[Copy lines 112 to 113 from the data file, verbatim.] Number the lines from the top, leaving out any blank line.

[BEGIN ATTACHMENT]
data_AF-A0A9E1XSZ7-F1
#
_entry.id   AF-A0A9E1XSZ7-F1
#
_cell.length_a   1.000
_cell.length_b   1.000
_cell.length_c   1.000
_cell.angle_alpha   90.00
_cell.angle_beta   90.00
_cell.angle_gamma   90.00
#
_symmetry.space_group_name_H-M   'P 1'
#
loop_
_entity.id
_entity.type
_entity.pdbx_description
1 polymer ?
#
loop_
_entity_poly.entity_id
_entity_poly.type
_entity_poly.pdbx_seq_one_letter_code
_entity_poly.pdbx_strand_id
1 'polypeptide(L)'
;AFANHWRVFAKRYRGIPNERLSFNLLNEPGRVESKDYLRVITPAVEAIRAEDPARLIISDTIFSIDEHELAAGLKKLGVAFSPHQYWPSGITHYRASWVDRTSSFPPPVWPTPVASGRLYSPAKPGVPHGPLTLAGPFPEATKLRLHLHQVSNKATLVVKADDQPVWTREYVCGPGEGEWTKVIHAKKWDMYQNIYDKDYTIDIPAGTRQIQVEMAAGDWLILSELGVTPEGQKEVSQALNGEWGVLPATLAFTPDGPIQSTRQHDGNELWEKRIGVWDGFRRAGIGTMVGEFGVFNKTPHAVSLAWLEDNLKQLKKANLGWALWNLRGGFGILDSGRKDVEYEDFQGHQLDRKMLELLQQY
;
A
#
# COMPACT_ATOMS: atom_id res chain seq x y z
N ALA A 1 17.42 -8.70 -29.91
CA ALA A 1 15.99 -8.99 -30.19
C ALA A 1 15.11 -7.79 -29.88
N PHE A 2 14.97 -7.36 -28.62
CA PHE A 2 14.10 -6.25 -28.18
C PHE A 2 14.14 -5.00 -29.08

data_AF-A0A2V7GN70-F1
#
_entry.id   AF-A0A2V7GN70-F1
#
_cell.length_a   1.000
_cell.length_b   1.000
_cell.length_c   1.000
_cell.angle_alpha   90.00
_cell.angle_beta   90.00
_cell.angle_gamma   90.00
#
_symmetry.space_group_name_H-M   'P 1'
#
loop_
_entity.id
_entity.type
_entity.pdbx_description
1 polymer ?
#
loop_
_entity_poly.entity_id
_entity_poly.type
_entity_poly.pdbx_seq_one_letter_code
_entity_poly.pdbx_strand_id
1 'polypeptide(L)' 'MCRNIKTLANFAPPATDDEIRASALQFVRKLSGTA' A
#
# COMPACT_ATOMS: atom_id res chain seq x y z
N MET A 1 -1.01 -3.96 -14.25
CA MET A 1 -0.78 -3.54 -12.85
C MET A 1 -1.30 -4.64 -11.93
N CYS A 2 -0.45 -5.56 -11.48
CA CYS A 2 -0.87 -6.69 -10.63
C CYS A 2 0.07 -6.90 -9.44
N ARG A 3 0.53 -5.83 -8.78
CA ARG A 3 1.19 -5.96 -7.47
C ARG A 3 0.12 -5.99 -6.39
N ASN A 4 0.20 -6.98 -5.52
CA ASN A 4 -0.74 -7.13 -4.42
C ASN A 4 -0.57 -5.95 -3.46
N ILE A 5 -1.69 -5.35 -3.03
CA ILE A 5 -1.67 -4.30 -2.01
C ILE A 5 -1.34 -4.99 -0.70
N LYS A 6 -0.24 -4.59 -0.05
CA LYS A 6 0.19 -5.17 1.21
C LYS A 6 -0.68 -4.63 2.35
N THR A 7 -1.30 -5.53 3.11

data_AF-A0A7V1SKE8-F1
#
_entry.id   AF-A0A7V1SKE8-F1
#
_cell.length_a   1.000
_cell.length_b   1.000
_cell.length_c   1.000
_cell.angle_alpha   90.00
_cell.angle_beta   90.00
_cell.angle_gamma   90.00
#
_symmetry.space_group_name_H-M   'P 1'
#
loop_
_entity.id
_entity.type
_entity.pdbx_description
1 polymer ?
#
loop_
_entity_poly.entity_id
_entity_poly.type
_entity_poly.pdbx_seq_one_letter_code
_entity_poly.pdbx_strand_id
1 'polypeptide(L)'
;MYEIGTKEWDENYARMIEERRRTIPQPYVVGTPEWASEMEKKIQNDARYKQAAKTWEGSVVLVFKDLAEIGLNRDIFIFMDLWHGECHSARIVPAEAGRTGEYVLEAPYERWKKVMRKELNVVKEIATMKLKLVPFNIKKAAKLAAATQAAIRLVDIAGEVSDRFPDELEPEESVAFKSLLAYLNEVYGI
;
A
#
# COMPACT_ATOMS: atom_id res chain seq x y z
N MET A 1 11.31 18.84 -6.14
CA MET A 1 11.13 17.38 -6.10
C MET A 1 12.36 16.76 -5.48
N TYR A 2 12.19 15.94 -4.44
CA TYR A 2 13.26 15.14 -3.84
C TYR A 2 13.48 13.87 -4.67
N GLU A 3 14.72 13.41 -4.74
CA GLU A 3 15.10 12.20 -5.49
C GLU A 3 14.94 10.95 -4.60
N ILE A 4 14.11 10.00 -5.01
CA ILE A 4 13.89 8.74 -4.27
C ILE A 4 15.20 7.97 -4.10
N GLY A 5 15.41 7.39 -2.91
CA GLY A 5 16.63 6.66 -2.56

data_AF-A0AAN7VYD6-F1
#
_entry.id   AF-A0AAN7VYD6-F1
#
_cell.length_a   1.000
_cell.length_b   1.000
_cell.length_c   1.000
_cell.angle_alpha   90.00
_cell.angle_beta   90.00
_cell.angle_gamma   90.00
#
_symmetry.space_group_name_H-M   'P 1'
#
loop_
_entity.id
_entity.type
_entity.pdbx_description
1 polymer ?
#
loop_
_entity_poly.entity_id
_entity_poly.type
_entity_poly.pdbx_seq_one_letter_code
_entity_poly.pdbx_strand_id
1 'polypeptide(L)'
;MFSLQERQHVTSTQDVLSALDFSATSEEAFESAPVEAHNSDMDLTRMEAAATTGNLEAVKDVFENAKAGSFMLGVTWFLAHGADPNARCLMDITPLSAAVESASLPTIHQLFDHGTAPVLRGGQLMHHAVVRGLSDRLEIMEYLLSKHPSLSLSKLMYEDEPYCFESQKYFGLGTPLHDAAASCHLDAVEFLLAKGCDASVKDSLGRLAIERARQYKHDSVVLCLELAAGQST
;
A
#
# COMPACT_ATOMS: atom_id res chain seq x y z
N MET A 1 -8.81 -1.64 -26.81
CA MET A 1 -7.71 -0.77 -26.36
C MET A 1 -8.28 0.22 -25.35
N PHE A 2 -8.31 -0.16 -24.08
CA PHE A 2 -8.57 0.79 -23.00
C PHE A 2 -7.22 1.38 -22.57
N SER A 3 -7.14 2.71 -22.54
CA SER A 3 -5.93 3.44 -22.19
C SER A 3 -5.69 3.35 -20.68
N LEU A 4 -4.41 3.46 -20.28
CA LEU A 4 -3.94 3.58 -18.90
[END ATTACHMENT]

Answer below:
# COMPACT_ATOMS: atom_id res chain seq x y z
N MET A 1 11.31 18.84 -6.14